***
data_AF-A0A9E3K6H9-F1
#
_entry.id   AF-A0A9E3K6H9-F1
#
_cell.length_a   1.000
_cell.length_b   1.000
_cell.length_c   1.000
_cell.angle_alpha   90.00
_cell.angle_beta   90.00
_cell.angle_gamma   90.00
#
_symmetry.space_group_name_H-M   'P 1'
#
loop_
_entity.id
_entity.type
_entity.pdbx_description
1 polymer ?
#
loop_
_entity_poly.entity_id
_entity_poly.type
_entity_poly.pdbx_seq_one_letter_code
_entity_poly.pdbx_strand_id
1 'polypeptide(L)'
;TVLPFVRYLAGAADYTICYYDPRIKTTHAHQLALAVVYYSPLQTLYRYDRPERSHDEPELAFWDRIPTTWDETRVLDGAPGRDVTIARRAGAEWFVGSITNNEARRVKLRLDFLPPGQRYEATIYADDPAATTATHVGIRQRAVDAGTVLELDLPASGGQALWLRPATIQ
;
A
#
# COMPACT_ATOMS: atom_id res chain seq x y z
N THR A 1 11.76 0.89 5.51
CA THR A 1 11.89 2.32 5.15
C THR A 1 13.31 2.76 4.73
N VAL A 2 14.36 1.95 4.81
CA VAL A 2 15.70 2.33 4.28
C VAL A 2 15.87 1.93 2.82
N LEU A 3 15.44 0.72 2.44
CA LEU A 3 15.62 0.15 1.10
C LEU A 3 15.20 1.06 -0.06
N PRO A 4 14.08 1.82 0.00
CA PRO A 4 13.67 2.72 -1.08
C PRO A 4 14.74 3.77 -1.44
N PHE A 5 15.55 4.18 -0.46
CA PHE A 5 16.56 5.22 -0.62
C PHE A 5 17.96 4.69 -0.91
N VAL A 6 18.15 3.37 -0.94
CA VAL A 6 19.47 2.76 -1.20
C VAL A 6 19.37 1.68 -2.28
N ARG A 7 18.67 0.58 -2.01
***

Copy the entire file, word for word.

data_AF-A0A9E3K6H9-F1
#
_entry.id   AF-A0A9E3K6H9-F1
#
_cell.length_a   1.000
_cell.length_b   1.000
_cell.length_c   1.000
_cell.angle_alpha   90.00
_cell.angle_beta   90.00
_cell.angle_gamma   90.00
#
_symmetry.space_group_name_H-M   'P 1'
#
loop_
_entity.id
_entity.type
_entity.pdbx_description
1 polymer ?
#
loop_
_entity_poly.entity_id
_entity_poly.type
_entity_poly.pdbx_seq_one_letter_code
_entity_poly.pdbx_strand_id
1 'polypeptide(L)'
;TVLPFVRYLAGAADYTICYYDPRIKTTHAHQLALAVVYYSPLQTLYRYDRPERSHDEPELAFWDRIPTTWDETRVLDGAPGRDVTIARRAGAEWFVGSITNNEARRVKLRLDFLPPGQRYEATIYADDPAATTATHVGIRQRAVDAGTVLELDLPASGGQALWLRPATIQ
;
A
#
# COMPACT_ATOMS: atom_id res chain seq x y z
N THR A 1 11.76 0.89 5.51
CA THR A 1 11.89 2.32 5.15
C THR A 1 13.31 2.76 4.73
N VAL A 2 14.36 1.95 4.81
CA VAL A 2 15.70 2.33 4.28
C VAL A 2 15.87 1.93 2.82
N LEU A 3 15.44 0.72 2.44
CA LEU A 3 15.62 0.15 1.10
C LEU A 3 15.20 1.06 -0.06
N PRO A 4 14.08 1.82 0.00
CA PRO A 4 13.67 2.72 -1.08
C PRO A 4 14.74 3.77 -1.44
N PHE A 5 15.55 4.18 -0.46
CA PHE A 5 16.56 5.22 -0.62
C PHE A 5 17.96 4.69 -0.91
N VAL A 6 18.15 3.37 -0.94
CA VAL A 6 19.47 2.76 -1.20
C VAL A 6 19.37 1.68 -2.28
N ARG A 7 18.67 0.58 -2.01